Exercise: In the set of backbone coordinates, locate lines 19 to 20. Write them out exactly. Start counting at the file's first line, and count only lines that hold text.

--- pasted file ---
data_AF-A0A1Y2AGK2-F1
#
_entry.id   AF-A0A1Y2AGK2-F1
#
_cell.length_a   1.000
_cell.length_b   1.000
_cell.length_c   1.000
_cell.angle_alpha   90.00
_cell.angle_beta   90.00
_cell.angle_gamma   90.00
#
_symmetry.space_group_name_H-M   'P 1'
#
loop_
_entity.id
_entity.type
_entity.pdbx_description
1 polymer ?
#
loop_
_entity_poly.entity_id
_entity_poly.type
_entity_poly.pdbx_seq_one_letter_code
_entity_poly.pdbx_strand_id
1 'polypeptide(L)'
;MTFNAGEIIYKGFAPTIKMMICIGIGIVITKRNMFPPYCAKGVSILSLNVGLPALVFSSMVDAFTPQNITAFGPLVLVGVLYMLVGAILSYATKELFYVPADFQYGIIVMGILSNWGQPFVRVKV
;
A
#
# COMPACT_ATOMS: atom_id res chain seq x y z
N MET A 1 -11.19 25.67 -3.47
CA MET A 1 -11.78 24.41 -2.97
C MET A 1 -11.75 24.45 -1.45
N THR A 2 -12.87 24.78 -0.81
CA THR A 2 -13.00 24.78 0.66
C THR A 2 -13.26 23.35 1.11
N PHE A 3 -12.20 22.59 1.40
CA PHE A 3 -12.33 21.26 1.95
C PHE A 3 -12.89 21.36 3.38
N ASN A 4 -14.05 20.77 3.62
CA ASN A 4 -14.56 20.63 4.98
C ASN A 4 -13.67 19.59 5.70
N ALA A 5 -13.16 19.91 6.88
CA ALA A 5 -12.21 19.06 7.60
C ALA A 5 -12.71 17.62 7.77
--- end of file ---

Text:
#
loop_